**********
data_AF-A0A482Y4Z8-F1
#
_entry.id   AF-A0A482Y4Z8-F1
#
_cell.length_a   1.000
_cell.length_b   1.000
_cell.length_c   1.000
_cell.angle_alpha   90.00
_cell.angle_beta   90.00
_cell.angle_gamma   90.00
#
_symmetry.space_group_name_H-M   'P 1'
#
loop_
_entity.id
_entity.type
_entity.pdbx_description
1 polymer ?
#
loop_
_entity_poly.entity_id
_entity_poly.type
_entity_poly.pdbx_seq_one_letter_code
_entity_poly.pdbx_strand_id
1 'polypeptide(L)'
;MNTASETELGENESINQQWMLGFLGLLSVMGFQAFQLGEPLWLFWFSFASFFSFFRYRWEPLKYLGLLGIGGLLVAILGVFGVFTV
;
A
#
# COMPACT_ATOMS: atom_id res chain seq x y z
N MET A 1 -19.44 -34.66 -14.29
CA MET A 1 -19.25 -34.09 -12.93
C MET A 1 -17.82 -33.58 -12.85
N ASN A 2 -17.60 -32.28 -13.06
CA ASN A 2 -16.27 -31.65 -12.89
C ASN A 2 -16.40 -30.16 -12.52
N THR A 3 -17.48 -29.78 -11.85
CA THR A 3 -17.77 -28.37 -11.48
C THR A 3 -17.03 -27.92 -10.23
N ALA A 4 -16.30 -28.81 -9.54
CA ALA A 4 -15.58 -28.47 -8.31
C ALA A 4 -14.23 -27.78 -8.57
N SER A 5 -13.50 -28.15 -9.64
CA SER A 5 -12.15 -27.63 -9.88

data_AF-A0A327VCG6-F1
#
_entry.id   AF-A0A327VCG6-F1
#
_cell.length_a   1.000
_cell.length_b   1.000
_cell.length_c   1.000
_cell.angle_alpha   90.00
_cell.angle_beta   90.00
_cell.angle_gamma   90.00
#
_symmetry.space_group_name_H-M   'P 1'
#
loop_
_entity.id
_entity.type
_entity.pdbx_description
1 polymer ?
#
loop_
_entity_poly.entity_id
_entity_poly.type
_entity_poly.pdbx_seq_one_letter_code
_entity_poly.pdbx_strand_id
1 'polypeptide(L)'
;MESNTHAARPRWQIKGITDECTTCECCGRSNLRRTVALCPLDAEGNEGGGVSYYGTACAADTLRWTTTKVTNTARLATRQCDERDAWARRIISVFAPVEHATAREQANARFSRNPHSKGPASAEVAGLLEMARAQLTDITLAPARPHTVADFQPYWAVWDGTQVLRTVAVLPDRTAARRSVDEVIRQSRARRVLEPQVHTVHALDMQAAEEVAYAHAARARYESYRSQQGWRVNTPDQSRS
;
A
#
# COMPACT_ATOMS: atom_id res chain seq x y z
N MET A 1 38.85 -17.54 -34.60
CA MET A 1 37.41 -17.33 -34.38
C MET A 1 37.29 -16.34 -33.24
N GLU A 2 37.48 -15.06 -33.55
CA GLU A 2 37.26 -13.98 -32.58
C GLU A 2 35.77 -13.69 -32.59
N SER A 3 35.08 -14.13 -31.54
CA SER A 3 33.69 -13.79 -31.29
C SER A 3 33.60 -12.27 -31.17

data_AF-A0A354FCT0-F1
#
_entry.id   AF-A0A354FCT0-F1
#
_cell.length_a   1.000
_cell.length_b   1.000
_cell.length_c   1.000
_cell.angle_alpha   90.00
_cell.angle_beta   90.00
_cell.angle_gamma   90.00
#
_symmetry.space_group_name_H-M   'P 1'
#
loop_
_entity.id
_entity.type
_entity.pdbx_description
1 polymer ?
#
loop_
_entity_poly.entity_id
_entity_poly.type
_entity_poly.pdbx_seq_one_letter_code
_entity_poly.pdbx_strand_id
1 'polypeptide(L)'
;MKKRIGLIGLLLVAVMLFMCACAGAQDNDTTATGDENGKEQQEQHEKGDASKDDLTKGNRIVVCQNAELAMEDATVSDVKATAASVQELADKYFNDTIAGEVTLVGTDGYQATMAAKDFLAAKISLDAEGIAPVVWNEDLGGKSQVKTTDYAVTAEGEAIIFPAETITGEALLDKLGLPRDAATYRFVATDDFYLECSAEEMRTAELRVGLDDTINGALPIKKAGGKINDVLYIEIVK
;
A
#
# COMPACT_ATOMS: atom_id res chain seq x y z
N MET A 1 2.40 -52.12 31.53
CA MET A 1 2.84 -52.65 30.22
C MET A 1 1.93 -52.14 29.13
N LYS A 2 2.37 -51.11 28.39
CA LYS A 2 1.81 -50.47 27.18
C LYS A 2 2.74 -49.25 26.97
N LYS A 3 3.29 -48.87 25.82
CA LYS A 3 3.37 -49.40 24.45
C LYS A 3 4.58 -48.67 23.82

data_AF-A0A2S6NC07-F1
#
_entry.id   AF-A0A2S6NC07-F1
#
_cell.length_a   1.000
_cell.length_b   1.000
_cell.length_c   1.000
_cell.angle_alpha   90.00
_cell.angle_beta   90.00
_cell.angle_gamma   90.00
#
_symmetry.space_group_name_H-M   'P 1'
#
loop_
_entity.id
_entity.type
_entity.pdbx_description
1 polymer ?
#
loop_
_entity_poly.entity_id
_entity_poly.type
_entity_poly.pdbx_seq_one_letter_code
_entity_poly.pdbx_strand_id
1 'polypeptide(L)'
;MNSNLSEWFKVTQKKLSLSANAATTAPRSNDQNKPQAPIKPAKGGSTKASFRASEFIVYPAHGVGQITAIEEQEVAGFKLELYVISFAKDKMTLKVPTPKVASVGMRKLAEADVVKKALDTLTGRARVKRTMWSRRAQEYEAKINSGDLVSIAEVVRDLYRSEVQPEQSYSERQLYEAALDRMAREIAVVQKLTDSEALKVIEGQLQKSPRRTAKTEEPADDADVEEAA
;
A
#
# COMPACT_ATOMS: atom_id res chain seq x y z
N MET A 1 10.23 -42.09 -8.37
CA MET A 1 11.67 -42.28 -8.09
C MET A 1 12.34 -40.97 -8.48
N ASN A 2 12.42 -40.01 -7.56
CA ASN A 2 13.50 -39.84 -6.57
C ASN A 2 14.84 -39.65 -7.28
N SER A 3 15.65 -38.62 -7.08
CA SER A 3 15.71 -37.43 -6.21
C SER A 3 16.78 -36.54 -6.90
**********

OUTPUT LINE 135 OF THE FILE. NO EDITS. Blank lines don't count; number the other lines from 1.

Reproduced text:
#